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Are you using regular or HE detergent?
Don. www.donwiss.com (e-mail link at home page bottom).
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One vote NO for front loaders. Now, who's got the minutes of last month's meeting?
You any relation to Ron Todesco, from Rochester, NY? Used to be appliance repair and sales guy. I may have spelled his name wrong.
Christopher A. Young Learn more about Jesus www.lds.org .
In my case, using less water is not a good thing. My GE front loader uses very little water, but leave so much soap in the clothes, that I itch when wearing them. As I've said earlier in this long thread, I now wash a load with the extra rinse and then do a complete 2nd wash (no soap, except what comes out of the clothes) with extra rinse and even with that, sometimes there is soap residue. I think it happens when one piece of clothes gets tangled in another, which happens a lot with this machine.
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On 6/7/2012 9:47 AM, Stormin Mormon wrote:

Don't know Ron. Most Todescos spell it Tedesco or the plural, Tedeschi. Actually, in Italian it means German, FWIW .... not much.
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I'd have to ask him the spelling. But, it sounds like no tracable relation. Real shame, the guy in Rochester is a very nice guy. You'd do well to be related to him. Or, he's missing out on a chance to be related to you?
Christopher A. Young Learn more about Jesus www.lds.org .

Don't know Ron. Most Todescos spell it Tedesco or the plural, Tedeschi. Actually, in Italian it means German, FWIW .... not much.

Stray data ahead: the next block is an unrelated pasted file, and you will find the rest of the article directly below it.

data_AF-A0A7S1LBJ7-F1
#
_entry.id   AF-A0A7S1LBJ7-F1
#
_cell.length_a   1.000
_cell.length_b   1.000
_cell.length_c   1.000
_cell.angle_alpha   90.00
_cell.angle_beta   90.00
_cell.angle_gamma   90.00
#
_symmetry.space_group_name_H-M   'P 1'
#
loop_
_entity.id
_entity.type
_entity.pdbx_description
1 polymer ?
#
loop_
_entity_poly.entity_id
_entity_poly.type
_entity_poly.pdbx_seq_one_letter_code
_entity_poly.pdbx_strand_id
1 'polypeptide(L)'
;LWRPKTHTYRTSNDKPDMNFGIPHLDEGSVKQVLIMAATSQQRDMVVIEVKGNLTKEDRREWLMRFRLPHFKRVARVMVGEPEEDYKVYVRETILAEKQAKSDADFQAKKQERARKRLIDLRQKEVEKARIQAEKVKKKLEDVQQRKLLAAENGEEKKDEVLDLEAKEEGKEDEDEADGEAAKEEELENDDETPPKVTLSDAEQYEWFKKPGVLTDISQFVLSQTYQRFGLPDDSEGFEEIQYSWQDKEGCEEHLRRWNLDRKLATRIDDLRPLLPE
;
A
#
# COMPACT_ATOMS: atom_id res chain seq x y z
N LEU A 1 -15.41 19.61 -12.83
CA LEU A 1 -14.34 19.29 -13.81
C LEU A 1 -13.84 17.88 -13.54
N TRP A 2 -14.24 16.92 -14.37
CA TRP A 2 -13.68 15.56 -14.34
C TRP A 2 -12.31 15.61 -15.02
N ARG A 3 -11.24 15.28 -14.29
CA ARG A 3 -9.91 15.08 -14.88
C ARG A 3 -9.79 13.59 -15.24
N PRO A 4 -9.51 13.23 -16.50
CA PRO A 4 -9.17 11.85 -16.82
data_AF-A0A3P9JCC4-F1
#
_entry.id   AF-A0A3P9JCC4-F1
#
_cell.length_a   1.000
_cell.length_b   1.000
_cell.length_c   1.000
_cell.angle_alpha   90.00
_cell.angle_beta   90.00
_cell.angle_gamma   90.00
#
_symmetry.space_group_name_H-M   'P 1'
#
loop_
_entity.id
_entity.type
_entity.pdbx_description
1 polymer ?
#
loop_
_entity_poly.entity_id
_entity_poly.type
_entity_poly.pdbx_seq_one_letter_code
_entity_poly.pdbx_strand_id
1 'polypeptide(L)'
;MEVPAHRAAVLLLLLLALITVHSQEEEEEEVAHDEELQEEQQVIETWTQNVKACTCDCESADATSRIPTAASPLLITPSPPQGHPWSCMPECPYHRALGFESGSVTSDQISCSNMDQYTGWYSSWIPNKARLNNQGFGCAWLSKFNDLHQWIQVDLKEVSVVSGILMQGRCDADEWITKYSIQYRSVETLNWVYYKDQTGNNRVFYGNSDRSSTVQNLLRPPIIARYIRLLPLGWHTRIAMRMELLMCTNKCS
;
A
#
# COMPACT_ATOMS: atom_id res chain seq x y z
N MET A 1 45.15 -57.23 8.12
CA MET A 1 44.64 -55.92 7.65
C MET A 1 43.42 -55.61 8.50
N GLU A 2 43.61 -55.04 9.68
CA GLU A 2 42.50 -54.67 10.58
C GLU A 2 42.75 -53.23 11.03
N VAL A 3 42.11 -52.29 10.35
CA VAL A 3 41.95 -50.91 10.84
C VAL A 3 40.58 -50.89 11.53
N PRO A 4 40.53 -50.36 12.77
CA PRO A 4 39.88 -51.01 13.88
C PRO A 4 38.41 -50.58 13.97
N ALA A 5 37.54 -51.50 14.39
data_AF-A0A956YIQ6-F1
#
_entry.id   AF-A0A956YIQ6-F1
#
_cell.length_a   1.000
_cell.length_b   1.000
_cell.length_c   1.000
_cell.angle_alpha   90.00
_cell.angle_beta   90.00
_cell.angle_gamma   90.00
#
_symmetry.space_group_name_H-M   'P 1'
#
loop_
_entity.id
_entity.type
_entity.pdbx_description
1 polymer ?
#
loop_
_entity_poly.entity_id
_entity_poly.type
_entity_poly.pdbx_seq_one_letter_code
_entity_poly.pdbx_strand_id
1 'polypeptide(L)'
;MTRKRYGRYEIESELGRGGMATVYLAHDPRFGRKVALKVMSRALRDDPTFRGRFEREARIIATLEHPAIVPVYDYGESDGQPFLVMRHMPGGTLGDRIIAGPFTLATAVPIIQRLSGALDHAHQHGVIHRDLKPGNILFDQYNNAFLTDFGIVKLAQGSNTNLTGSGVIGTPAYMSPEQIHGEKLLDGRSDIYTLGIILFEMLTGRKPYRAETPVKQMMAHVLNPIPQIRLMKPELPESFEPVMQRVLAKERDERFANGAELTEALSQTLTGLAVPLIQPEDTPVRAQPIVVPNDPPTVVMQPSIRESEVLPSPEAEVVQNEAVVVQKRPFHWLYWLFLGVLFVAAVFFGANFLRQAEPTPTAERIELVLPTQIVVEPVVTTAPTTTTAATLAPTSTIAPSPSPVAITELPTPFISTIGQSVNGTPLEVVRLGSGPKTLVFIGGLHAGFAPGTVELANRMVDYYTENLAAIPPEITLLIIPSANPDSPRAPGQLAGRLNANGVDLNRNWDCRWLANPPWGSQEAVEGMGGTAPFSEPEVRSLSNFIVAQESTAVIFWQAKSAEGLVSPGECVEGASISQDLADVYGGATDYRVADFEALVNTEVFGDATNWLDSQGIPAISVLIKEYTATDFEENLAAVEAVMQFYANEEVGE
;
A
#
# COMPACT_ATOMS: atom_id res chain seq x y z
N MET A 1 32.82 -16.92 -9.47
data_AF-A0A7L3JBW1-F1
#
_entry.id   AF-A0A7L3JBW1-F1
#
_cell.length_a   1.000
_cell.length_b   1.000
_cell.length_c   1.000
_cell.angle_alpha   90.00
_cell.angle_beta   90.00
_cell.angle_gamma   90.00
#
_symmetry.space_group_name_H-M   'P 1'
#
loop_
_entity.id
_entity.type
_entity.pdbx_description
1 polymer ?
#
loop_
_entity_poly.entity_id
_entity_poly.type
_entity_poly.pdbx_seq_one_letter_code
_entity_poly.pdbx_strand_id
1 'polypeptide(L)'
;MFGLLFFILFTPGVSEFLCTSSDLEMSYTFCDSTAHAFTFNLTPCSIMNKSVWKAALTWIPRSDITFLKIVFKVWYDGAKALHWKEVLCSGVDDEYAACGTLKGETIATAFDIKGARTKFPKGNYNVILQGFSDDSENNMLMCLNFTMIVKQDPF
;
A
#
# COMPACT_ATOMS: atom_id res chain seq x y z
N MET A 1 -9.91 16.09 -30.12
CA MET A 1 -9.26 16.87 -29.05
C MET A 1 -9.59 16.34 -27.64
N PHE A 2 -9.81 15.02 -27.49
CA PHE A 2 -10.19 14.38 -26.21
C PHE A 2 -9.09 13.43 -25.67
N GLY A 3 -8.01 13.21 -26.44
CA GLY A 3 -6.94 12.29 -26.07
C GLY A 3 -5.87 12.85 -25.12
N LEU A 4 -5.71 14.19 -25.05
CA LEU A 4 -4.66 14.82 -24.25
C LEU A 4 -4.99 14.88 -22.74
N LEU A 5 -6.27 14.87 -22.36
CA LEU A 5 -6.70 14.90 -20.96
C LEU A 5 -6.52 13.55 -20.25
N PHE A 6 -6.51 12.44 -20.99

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wrote:

Are you perhaps using too much soap to start with?
We have a GE front loader (9 years old) and found that the extra rinse setting took care of any leftover soap if we cut back on the initial dose. A good test is to look at the glass window during the final rinse. There should be minimal suds at that point and none showing on the window after the final spin. Water hardness will make a difference too, of course. Ours is somewhat hard (from Lake Erie); but there's no question that the clothes get clean.
Tomsic
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Thanks for all the replies.
I think I will keep my 20 year old Inglis top loader. It's easy and inexpensive to repair and the extra water extraction does not offer enough savings. Water is not metered here so that is not an issue although I conserve in other areas. Surprisingly, at 3 loads per week my estimated electric cost for drying is only $25/year (.06/kwh) so there's not much to save there.
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wrote:

20 year old washer... hope you can still get parts in the years to come but at 3 loads a week, I don't blame you for keeping it. It should be a no brainer with no water metered and .06 for electric. What state do you pay just .06 for electricity? I thought Texas was the lowest or one of them but here, I have to pay around 9 or more for electricity.
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O 20 year old washer... hope you can still get parts in the years to come

www.bchydro.com near Vancouver, Canada hydro electric
actually 6.8 cents lol
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Our rates (GA) are $.078/kWh ($.1065 >750kWh) Summer and $.074/kWh ($.056